Detailed information about the number and groups of disabled people affected, and the impact on services, proved impossible to find. Together with a lack of published data, this left the Committee unable to scrutinise the impacts properly. The report calls on the Government to demonstrate that it is keeping local authorities’ use of Care Act easements under thorough review and allow for proper scrutiny of data, and to publish Think Local Act Personal’s report [need a link here] and accompanying data on the effects of the pandemic on social care provision to inform the debate in the House of Commons on Weds 30 September.
Finally, it recommends that Government guidance to local authorities must make it clear that any pre-emptive triggering of easements would be a misuse of the provisions and could leave local authorities open to legal challenge.
The report also notes that the pandemic has brought a range of pre-existing systemic problems in the social care sector into sharper focus. There is an urgent need for a more sustainable funding solution; resolution of workforce issues including high staff turnover and low pay, and closer integration with health services, as well as a need to value this sector more highly. These issues will be covered in the main report.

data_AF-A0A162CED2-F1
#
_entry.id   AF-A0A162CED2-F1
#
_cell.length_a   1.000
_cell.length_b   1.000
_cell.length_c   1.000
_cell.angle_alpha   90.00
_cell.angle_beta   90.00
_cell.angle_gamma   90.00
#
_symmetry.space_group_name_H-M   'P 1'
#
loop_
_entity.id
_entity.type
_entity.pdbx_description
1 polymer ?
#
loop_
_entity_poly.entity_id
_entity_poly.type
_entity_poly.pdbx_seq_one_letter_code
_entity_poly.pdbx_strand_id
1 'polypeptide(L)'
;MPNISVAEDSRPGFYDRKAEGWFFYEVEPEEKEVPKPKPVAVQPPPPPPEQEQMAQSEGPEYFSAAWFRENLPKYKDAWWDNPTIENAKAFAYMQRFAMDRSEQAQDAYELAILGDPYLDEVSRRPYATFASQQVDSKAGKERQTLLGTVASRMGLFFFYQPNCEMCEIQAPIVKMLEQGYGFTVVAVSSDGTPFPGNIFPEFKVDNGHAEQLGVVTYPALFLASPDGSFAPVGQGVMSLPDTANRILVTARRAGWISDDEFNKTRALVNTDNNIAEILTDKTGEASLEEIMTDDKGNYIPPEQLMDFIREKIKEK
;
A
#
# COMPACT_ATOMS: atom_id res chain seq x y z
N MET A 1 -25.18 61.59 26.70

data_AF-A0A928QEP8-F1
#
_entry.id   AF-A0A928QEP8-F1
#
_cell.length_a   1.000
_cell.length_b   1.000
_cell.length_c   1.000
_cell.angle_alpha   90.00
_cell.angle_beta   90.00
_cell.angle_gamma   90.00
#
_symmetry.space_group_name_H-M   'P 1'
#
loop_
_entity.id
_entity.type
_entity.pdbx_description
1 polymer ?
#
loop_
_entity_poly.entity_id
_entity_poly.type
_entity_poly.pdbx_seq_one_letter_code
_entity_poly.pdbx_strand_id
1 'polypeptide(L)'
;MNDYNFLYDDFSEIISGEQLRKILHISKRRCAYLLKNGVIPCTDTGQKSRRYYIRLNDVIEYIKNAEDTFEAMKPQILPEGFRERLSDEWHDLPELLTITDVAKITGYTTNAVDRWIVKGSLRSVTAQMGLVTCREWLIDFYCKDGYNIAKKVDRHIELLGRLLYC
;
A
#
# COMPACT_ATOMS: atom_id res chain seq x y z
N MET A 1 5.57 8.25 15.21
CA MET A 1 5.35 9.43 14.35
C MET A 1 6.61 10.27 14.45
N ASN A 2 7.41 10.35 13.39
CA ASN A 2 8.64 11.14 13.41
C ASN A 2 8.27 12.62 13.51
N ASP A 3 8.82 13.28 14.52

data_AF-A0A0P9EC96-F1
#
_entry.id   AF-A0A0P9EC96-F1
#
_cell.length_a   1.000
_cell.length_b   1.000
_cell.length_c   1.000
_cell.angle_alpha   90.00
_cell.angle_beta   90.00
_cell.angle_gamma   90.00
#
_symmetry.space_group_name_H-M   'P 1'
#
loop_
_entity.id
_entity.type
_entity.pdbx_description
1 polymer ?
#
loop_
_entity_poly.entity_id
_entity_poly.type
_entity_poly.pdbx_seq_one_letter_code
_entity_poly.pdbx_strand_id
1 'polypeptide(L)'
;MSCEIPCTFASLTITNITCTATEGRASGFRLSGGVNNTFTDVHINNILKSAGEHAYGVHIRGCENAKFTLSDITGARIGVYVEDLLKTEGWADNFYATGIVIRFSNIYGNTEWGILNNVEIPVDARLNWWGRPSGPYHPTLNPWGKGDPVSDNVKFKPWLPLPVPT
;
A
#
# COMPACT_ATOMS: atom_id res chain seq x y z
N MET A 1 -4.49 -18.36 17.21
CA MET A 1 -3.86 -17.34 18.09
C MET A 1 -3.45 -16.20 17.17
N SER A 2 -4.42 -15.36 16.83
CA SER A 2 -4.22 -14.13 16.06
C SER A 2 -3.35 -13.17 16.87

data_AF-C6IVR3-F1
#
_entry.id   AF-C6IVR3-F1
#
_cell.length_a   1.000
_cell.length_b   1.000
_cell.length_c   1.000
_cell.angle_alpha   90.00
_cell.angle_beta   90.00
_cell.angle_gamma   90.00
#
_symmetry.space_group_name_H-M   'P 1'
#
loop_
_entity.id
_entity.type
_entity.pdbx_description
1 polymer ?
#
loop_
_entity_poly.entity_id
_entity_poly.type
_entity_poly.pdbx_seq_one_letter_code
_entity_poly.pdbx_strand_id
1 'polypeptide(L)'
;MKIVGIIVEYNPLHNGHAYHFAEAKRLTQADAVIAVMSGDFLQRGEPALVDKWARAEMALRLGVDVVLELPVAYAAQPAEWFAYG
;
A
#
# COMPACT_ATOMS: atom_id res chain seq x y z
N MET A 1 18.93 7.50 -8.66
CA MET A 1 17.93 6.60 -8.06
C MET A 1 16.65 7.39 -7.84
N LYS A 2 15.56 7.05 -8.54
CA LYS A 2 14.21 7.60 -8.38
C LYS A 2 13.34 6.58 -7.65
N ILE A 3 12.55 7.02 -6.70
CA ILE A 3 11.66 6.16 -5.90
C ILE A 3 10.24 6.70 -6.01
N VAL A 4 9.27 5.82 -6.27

Mental Health Act
The temporary provisions have not been needed in England so far, and evidence suggests that future need is unlikely. These also go against the grain of long awaited MHA reforms intended to address inequalities in the system. The Committee recommends that the Government should either repeal these, or suspend them – leaving the option of reinstating them if they become needed; if the pandemic stabilises or improves they should be repealed at the second six monthly review in spring 2021 – or sooner.
Local authorities: Education Health and Care Plan duties to children and young people with SEND
Was it really necessary to leave many children and young people with SEND with little or no support for three months? The Committee accepts that local authorities needed some flexibility with these duties at the peak of the pandemic, but calls on the Department of Education to review its processes with a view to making faster decisions to return to full duties. It also calls for: clearer Government guidance on fulfilling the ‘reasonable endeavours’ duty, including minimum standards and a range of examples of good practice; a clear national strategy for managing the backlog of assessments; and for any future relaxation of duties to be local, in direct response to local effects of the pandemic, rather than national.
The Committee heard evidence that the pandemic had exacerbated pre-existing and widely acknowledged systemic issues in the wider SEND system including: funding, inconsistencies in provision, poor integration of services and a lack of accountability in the system. These will be considered in detail in the main report later in the autumn.
There’s more to come
While the temporary measures discussed here are an important part of many disabled people’s concerns about the unequal impact of the pandemic, this interim report does not provided a full picture of their lived experience. The Committee has heard a much wider range of evidence and will publish a main report later in the autumn. This will scrutinise the clarity and accessibility of the Government’s consultation and communications, and disabled people’s wider experience of accessing health and social care.